In order to assess the ethical dimensions of research projects, members of research ethics committees (RECs) need expertise. But what skills constitute expertise? The European Network of Research Ethics and Research Integrity (ENERI)1 has identified crucial skills research ethics and research integrity experts should have. Four sets of skills can be distinguished, namely hard skills, soft skills, process skills, and emotional skills. While only some hard skills are necessary for conferring expert status to an individual, RECs benefit from memberships with diverse skill sets.
Nowadays not only research projects on the biomedical sciences, but increasingly also research projects in various other disciplines, like psychology or education, require ethical review. For that reason, RECs will continue to play an important role in ethical research governance. Hence, an important question is which skills REC members should ideally have.
Conducting thorough ethical reviews of research projects not only presupposes sufficient disciplinary expertise to understand proposed research designs and methodologies, but also skills crucial for delivering practical recommendations that accord with prevalent social norms. Moreover, skills conducive to maintaining dialogical attitudes among all REC members certainly are beneficial as RECs modus operandi is deliberation. Consequently, systematizing these skills is helpful for setting up effective RECs and selecting members according to transparent criteria.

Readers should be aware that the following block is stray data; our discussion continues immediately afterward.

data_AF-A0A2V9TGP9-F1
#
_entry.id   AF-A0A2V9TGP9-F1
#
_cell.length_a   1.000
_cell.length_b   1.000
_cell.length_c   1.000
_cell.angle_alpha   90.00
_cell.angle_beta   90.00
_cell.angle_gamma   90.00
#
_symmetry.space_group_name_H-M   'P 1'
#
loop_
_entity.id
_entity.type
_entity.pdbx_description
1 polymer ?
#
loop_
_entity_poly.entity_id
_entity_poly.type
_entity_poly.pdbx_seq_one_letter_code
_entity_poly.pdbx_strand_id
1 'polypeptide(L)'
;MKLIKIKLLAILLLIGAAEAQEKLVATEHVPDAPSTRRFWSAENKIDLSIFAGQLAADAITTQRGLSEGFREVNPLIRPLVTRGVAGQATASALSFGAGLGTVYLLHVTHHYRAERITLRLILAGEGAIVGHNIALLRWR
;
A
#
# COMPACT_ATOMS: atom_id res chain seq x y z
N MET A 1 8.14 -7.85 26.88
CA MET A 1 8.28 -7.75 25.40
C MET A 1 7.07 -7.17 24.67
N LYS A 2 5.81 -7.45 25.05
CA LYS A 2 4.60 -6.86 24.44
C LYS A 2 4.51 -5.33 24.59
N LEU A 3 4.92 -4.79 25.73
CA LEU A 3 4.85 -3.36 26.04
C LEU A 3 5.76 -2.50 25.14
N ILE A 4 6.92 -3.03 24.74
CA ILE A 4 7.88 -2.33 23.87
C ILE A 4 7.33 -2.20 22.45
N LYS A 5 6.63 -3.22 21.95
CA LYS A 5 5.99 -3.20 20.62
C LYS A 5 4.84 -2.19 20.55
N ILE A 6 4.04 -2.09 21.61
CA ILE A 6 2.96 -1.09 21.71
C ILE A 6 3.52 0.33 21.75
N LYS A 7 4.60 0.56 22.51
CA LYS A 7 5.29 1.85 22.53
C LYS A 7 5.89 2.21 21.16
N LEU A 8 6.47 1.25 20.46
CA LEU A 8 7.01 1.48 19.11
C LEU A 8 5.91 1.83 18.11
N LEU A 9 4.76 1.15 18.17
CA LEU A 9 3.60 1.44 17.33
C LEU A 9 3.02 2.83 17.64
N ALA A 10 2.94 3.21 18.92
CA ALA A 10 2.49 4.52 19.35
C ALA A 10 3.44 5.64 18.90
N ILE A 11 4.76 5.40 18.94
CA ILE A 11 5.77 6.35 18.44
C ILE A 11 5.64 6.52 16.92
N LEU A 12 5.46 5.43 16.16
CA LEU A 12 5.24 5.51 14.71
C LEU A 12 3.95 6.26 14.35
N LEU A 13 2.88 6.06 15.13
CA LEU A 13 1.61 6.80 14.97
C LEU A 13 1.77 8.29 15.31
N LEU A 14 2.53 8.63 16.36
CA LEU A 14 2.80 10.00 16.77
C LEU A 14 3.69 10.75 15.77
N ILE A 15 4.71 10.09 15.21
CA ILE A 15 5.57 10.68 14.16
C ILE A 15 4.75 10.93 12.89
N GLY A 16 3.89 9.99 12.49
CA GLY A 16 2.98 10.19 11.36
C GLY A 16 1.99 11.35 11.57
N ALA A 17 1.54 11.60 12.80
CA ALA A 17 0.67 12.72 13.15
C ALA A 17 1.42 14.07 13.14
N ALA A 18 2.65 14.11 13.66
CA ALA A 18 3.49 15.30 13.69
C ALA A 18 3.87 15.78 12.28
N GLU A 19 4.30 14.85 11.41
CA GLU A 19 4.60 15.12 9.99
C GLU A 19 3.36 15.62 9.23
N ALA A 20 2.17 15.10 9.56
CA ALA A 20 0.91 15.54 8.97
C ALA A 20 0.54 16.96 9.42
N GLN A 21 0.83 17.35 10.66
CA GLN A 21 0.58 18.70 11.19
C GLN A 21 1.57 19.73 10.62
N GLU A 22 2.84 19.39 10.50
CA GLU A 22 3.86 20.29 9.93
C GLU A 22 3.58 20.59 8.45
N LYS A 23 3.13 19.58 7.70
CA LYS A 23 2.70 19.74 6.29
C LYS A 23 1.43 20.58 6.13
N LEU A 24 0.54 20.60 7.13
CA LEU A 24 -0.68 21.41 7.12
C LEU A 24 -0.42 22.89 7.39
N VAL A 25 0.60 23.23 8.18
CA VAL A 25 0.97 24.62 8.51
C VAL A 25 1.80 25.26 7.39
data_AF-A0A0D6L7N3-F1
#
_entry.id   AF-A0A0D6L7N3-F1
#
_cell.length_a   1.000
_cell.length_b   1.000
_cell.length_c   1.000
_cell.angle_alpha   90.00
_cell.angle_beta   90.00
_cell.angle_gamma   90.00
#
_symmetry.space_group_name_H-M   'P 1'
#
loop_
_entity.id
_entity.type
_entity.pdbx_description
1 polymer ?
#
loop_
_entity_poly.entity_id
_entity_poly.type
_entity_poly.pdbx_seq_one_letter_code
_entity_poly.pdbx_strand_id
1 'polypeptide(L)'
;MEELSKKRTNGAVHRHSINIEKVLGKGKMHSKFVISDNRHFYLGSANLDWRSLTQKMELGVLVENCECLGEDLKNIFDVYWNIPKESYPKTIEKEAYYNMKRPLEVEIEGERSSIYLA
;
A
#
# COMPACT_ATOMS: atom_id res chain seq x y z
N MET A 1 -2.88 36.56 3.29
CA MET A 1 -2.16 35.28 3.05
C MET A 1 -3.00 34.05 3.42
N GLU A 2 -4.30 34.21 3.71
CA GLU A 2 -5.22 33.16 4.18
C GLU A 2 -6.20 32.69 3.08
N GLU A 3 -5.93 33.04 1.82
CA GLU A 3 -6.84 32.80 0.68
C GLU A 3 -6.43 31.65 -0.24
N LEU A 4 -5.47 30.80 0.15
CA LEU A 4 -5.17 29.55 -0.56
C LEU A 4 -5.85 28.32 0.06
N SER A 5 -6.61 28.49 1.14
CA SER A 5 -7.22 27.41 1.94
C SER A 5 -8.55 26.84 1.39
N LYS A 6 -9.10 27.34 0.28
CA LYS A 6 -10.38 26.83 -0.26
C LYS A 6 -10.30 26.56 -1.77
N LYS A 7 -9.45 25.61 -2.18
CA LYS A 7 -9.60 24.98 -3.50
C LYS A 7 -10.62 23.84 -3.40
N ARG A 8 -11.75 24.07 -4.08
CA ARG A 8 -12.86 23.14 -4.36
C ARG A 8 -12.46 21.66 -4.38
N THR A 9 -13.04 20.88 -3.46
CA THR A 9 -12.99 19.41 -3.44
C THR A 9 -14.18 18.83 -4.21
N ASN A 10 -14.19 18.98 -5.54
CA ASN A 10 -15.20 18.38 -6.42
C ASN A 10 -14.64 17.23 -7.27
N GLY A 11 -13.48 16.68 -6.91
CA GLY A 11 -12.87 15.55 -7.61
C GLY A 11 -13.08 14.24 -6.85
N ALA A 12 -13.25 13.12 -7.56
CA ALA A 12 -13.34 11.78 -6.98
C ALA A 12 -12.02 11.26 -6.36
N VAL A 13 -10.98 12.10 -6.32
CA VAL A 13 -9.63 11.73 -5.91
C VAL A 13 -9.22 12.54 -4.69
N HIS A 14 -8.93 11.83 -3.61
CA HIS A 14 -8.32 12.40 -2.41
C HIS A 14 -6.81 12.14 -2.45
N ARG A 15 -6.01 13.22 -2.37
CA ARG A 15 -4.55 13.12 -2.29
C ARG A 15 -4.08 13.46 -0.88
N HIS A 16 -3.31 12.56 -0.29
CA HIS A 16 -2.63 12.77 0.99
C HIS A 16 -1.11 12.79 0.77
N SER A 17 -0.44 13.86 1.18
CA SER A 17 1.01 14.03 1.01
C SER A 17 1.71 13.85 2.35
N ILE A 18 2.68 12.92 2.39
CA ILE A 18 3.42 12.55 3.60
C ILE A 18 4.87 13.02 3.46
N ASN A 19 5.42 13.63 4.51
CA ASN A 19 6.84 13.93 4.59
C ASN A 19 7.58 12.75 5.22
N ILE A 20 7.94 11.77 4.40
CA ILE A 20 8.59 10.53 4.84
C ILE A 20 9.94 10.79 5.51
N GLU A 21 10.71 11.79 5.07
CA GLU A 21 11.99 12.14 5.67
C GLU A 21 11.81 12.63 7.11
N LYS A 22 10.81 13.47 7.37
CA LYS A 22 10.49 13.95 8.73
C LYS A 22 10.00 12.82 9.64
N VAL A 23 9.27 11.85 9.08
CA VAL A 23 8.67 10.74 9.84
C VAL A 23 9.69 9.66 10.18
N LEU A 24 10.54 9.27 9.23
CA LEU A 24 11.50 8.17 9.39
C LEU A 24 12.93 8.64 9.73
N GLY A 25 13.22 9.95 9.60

Ethics committee members, Research institutions, Policy makers, Funders
ENERI has recently published an insightful policy brief on what makes a research ethics and research integrity expert. Based on a participatory research design culminating in a series of consensus conferences with 50 stakeholders from various positions within or close to academia, ENERI has found the following skills to be particularly useful for REC members:
According to ENERI, RE experts individually inevitably need hard skills, but do not necessarily have to possess all soft skills, process skills, and emotional skills. However, all soft skills, process skills, and emotional skills should be present on the institutional level in RECs which, therefore, should have a diverse membership with complementary skills.
In particular, the chair's role is crucial. The chair needs to have broad soft skills, process skills, and emotional skills to guarantee that all represented perspectives are included in assessment, review, and advice procedures. Hence, chairpersons need more skills than ordinary board members due to the pivotal position they occupy in organizing inclusive deliberations.